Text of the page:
A journal of narrative writing.
Tag in the Gathering Dark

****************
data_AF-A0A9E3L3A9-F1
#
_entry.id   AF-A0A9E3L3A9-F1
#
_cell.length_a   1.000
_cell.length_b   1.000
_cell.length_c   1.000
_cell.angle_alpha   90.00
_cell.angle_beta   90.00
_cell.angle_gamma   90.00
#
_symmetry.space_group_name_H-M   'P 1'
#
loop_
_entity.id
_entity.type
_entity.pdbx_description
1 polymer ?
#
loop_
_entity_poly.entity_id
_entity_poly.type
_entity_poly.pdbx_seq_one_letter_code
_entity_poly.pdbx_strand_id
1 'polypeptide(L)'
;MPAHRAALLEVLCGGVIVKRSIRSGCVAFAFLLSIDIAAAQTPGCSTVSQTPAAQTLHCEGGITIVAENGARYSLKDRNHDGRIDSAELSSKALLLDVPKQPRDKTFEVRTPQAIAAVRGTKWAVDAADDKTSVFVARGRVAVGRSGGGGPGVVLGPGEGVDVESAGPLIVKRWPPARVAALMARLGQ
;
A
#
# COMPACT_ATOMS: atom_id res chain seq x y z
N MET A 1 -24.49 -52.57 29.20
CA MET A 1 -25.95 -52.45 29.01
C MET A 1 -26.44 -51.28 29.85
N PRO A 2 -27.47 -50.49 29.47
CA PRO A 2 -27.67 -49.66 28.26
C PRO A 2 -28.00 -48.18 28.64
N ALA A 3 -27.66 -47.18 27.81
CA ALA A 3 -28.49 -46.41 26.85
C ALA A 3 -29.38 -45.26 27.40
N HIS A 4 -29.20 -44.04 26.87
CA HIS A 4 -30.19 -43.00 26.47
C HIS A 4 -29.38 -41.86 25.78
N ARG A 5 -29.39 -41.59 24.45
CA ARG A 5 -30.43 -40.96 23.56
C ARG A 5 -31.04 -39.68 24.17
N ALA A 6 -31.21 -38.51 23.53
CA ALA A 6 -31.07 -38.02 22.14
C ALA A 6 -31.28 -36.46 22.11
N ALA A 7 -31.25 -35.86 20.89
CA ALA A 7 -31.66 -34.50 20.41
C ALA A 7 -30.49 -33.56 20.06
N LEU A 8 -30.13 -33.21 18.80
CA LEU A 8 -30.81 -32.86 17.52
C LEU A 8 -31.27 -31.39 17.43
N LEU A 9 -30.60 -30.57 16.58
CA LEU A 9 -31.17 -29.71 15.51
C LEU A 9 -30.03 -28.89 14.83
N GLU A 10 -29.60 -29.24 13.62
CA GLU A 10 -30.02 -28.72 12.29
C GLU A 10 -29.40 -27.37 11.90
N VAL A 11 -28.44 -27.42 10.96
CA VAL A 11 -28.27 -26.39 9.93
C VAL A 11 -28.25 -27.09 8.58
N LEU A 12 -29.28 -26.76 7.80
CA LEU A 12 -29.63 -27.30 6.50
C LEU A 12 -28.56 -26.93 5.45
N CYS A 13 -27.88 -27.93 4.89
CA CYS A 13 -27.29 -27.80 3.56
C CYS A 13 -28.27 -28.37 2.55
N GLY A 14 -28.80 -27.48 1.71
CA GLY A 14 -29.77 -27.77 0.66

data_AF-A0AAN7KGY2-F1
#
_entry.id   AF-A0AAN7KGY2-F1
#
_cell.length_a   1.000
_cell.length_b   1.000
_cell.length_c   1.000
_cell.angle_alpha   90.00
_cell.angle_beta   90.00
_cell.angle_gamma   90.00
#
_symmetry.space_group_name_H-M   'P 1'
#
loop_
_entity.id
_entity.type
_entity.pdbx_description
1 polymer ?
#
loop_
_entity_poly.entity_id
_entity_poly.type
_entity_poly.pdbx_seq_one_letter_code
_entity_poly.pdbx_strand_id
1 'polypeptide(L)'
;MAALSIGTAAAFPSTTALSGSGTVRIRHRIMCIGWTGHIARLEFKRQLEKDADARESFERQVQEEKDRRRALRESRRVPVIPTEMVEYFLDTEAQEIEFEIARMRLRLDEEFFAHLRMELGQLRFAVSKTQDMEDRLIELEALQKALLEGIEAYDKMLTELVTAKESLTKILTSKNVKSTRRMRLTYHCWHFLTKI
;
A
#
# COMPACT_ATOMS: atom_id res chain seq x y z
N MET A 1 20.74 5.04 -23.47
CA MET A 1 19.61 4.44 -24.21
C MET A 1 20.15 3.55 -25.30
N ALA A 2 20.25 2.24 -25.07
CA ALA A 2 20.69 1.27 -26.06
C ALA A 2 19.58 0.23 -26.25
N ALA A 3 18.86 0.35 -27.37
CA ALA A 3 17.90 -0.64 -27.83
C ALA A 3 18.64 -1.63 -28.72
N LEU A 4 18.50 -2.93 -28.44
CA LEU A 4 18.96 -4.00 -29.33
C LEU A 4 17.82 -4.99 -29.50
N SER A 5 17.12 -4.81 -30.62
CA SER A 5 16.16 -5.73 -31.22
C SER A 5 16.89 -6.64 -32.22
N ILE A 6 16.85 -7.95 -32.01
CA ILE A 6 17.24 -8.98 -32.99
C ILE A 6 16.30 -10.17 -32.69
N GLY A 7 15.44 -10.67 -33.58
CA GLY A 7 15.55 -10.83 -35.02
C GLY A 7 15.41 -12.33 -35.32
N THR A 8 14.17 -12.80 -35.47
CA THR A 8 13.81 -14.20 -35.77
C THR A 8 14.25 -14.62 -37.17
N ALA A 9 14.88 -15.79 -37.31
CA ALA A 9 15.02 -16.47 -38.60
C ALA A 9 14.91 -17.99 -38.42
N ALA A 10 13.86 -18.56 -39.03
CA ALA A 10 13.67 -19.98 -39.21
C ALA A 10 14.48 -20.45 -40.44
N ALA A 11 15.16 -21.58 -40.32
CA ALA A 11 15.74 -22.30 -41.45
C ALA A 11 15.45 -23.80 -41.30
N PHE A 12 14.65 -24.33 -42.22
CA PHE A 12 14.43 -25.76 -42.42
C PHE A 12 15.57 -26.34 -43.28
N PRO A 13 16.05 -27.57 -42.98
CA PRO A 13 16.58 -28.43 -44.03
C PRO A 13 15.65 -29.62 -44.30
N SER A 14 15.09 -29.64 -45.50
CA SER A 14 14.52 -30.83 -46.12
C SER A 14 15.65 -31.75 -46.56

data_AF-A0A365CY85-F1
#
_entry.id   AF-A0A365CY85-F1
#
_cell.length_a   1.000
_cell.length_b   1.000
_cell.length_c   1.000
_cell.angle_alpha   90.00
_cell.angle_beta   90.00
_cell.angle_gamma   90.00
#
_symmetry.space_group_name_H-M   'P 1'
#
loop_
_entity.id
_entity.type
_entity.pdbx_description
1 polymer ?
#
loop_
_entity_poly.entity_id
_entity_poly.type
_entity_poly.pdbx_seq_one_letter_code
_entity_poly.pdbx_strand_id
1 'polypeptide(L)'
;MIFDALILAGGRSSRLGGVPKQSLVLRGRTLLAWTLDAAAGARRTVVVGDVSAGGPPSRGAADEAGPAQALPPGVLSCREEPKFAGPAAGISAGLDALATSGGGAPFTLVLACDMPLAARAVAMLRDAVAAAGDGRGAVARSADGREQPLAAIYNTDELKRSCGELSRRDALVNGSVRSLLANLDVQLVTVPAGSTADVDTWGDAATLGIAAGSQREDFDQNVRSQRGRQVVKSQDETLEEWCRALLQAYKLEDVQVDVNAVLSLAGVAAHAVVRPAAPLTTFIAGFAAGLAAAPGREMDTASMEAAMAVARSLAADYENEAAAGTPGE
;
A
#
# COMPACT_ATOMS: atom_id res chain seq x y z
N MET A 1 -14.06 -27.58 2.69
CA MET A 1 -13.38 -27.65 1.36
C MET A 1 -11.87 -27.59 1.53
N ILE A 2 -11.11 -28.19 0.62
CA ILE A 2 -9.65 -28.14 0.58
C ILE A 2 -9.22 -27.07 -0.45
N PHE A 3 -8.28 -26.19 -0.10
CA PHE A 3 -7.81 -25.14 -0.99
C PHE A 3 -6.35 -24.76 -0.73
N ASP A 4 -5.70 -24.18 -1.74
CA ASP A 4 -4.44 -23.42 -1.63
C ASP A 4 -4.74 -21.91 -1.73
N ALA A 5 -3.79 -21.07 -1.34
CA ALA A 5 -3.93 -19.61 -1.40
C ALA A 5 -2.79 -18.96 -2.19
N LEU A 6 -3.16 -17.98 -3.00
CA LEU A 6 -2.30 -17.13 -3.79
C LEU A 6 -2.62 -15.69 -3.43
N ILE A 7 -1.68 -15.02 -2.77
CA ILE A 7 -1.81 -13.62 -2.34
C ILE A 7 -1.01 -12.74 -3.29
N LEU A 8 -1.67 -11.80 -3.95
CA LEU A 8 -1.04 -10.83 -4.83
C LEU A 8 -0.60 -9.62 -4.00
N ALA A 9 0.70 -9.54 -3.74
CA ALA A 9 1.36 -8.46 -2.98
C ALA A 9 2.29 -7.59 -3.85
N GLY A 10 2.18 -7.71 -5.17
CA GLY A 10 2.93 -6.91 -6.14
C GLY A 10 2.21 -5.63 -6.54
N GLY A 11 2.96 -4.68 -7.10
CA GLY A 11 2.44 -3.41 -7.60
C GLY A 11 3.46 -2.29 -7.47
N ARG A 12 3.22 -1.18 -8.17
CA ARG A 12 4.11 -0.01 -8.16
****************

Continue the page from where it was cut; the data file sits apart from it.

From Javier's perspective, the gardener who sleeps in the property's ruined chapel, we must have seemed off our rockers, and maybe at the moment of our dance he wished for a wife, a witness to call to his window to see the American women, a couple of decades from infirmity and maybe death, running barefoot across the grass of the ruined estate to tag the shoulder or arm of another with an urgency that made a leg-pumping, arm flailing cartoon of the evening. Maybe he wished for a camera to record the tableau of tagged, frozen women framed, no tangled, in the pomegranate tree. What cultural truth could he have gleaned from this odd display? And what were we running for or from anyway? Not each other. And after we exhausted ourselves, we fell where we stood to quiet our hearts which seemed like they might hammer their way out of our chests. And poor Javier. Bodies scattered on his tended grass. What story could he tell? And our story? Brief exhilaration and then back to the slow wrap-up of our lives, equipped with what? A glimpse backward to girlhood, then a push forward to a preview of our physical bodies sinking into, being absorbed by, the damp, accommodating earth.